- The Washington Times - Wednesday, October 1, 2003

As senators on the Judiciary Committee prepare for more partisan fights over President Bush’s judicial nominees, lawmakers of both parties are supporting a New York bench nominee with an unusual distinction: a “majority unqualified” rating from the American Bar Association.

Judge Dora L. Irizarry, a former New York state judge born in Puerto Rico, was originally recommended by Sen. Charles E. Schumer, New York Democrat, and nominated in April by President Bush to a seat on the federal district court for the Eastern District of New York.

Mr. Schumer introduced Judge Irizarry to the Senate Judiciary Committee yesterday and conveyed the regret of Sen. Hillary Rodham Clinton, New York Democrat, for a scheduling conflict that prevented her from being unable to join him to express her support, as well.

Mr. Schumer, normally one of the most vocal critics of Mr. Bush’s nominees, said it was a “particular pleasure” for him to introduce Judge Irizarry.

“Her nomination is an example of what happens when the process works properly,” he said. “She’s had an excellent record. I am impressed by her background.”

But apparently, many of those who have worked most closely with Judge Irizarry don’t agree.

“The majority of the lawyers interviewed raised concerns about Judge Irizarry’s judicial temperament,” said Patricia M. Hynes, who evaluated the judge for the American Bar Association (ABA).

A “starkly common theme” is that the judge was “gratuitously rude,” “flew off the handle in a rage for no apparent reason,” “did not fully listen to attorneys’ legal arguments,” and “did not have a good grasp of the legal issues presented to her.”

Sen. Orrin G. Hatch, Utah Republican and chairman of the committee, said in a prepared statement, “Judge Irizarry comes to us with an impressive record of academic achievement and public service.”

Mr. Hatch also invited several supporters of the judge to “dispel any lingering questions about Judge Irizarry’s temperament.” In noting her “fitness for the federal bench,” he mentioned “her legal aptitude and experience, her integrity and, most notably, her judicial temperament.”

It was a highly unusual display of bipartisan enthusiasm for a judicial nominee. Democrats have harshly criticized many of Mr. Bush’s nominees and lodged filibusters against three.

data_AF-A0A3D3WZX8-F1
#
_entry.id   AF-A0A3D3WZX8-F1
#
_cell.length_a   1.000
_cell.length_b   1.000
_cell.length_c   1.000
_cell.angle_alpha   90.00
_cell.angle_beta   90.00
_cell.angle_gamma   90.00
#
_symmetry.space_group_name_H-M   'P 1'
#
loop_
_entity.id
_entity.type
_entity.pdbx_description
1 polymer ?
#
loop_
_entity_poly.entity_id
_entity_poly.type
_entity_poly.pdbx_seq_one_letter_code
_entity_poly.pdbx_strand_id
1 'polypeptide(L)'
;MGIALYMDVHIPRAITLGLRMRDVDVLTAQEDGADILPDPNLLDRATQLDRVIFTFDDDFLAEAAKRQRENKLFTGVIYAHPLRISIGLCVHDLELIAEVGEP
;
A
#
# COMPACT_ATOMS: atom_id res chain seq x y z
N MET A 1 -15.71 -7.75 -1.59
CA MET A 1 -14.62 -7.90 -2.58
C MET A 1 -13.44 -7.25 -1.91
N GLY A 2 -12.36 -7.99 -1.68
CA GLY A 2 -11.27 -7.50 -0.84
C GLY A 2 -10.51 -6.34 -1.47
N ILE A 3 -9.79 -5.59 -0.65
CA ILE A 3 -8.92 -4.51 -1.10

Today, for instance, the Judiciary Committee plans to vote on Mississippi Judge Charles W. Pickering, nominated to the 5th U.S. Circuit Court of Appeals. Judge Pickering’s nomination was spiked last year when Democrats controlled the committee.

He was renominated and is expected to pass out of the committee on a party line vote today, but faces a filibuster on the Senate floor.

Two of the Democratic filibusters have been against judicial nominees rated “unanimous well qualified” by the ABA, which Mr. Schumer once called the “gold standard by which judicial candidates are judged.”

Facing little scrutiny however is Judge Irizarry, despite her rating of “not qualified” by each of the 15 ABA committee members who evaluated her.

“In my service on the committee, I have either conducted or reviewed literally hundreds of reports on judicial nominees,” Ms. Hynes said. “I have never before experienced such widespread and consistent negative comments about a nominee’s temperament.”

Nevertheless, she enjoys bipartisan support from the Senate Judiciary Committee.

“I know that the ABA has found her not qualified,” Mr. Schumer said. “But their concerns are not based on her legal knowledge or her intellectual abilities. Everybody gives her high marks on those.”

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